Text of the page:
Occidental Eschatology (Cultural Memory in the Present)
Occidental Eschatology, originally Jacob Taubes's doctoral thesis and the one book he published in his lifetime, seeks to renegotiate the historical synthesis and spiritual legacy of the West through the study of apocalypticism. Covering the origins of apocalypticism from Hebrew prophecy through antiquity and early Christianity to its medieval revival in Joachim of Fiore, Taubes reveals its later secularized forms in Kant, Hegel, Marx, and Kierkegaard. His aim is to show the lasting influence of revolutionary, messianic teleology on Western philosophy, history, and politics.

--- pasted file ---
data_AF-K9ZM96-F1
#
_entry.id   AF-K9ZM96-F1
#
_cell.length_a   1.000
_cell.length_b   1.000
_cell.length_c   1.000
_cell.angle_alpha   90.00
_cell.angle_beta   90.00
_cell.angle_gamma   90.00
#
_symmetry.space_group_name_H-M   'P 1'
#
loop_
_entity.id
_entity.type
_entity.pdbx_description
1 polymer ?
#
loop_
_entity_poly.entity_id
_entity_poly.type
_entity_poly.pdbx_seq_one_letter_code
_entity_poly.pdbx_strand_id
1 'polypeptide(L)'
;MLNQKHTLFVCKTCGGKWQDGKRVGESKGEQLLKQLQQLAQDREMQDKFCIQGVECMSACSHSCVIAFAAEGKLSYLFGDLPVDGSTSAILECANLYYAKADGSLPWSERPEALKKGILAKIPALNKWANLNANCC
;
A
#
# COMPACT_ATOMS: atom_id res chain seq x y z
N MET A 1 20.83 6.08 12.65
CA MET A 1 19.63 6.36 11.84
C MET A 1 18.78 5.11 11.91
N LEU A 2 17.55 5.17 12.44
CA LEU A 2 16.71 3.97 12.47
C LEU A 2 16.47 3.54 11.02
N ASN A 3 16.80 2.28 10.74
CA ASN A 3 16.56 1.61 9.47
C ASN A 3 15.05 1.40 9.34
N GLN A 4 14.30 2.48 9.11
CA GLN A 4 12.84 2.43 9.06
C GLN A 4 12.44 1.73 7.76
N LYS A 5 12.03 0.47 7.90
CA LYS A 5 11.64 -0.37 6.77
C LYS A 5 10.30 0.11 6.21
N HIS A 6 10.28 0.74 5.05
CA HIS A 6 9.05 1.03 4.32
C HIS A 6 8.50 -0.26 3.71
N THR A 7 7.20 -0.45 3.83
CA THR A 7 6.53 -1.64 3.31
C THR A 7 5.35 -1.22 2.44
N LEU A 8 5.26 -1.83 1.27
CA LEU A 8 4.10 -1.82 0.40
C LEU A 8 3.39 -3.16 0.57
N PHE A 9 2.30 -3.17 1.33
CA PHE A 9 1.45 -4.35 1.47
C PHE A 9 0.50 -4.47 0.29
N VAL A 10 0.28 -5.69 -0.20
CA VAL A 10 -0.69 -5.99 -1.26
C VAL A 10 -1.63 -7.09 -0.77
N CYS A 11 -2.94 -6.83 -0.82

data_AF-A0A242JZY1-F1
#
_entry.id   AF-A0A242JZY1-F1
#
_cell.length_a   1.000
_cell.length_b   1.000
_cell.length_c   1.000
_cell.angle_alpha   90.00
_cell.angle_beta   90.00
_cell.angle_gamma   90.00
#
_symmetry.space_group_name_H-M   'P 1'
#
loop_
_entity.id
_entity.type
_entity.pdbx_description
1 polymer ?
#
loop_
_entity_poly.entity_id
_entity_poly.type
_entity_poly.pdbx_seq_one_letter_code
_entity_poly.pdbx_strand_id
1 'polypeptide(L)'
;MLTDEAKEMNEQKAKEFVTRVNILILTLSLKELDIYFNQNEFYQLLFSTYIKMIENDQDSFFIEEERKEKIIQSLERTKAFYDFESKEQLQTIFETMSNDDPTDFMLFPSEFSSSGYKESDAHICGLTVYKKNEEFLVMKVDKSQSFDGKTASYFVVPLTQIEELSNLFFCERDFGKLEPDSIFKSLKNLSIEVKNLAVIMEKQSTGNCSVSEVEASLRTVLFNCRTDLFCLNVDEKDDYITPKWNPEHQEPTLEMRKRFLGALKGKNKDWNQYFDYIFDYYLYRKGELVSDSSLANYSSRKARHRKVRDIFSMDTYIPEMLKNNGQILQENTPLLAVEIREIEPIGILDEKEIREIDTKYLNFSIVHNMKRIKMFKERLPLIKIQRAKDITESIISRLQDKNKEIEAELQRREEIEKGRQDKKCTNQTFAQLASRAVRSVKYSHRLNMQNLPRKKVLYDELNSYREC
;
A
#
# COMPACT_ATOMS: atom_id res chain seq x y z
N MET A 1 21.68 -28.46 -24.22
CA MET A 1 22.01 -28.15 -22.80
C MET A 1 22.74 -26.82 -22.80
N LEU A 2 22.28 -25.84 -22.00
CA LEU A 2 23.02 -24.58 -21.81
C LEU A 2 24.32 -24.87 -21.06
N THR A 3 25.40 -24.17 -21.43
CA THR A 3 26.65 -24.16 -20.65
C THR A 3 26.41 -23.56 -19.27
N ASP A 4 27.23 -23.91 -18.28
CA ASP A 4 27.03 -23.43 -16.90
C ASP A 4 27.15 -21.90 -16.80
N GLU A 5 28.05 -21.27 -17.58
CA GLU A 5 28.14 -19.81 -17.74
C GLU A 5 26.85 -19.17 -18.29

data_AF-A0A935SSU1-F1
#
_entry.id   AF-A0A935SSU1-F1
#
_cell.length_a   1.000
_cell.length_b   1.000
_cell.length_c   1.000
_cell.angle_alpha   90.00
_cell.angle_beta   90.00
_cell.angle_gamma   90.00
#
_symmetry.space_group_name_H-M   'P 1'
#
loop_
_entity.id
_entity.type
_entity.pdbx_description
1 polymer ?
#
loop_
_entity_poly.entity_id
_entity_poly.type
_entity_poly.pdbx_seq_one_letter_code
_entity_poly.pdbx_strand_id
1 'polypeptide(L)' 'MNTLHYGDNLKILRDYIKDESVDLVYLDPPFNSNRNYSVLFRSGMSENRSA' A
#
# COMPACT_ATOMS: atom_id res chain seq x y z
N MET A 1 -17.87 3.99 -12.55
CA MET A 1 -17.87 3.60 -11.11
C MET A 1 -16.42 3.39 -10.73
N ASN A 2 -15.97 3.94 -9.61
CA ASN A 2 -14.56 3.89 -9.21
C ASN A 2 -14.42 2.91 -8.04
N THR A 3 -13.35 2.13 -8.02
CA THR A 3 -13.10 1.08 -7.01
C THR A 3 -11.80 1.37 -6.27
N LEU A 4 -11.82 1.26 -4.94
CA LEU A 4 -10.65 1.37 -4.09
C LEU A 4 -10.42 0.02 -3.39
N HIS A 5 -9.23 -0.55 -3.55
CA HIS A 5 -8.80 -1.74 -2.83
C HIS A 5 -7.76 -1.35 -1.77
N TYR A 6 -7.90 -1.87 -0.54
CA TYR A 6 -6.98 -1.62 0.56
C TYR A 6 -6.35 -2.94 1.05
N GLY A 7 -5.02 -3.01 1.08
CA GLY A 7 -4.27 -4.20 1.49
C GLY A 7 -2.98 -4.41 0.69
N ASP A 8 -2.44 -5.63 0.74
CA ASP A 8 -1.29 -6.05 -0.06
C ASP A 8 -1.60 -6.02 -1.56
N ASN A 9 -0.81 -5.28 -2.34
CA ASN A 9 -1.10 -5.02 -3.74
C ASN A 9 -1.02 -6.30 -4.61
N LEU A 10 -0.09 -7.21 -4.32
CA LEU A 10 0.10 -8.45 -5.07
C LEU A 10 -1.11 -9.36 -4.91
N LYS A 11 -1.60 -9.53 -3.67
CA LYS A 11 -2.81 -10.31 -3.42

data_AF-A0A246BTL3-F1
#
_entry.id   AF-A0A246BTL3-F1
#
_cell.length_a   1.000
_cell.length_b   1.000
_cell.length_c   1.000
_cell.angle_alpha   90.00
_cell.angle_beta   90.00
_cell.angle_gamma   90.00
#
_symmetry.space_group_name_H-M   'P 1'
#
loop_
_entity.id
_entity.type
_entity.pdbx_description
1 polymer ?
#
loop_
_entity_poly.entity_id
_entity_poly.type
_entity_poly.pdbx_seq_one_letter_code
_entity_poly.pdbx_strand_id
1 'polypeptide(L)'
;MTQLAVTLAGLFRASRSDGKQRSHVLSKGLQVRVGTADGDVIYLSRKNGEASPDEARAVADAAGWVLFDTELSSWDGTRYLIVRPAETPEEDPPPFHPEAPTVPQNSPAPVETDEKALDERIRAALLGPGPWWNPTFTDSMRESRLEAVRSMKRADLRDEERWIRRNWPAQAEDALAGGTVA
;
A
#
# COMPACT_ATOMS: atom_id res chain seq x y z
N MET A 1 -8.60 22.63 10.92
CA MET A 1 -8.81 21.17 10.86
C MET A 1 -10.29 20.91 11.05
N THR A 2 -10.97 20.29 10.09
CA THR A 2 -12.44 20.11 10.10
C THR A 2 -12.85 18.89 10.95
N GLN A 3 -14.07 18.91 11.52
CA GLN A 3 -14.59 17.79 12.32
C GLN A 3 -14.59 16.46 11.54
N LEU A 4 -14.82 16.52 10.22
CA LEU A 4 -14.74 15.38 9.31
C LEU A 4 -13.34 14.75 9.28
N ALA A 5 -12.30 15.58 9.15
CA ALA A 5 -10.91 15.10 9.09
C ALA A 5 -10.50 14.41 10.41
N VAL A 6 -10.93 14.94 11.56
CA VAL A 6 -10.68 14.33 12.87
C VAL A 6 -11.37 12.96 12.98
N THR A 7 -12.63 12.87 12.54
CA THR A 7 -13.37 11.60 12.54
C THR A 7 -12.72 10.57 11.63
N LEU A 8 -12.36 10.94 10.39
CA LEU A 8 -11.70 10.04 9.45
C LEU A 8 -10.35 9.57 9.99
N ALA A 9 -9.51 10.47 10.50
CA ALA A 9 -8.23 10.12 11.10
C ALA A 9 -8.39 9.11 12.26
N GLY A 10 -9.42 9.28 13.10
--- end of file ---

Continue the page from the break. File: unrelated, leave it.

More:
Combining painstaking scholarship with an unmatched scope of reference, Taubes takes a comprehensive approach to the twin focuses of political theology and philosophy of history. He argues that acceptance of the idea that time will one day come to an end has profound implications for political thought. If natural time is experienced as an eternal cycle of events, "history" is the realm of time in which human actions can make decisions to alter the progression of events. This philosophy asks that individuals take responsibility for their own actions and resist authority that claims to act on their behalf. Whereas universal history is written by the victors, the messianic or apocalyptic event enters history and gives a voice to the oppressed.
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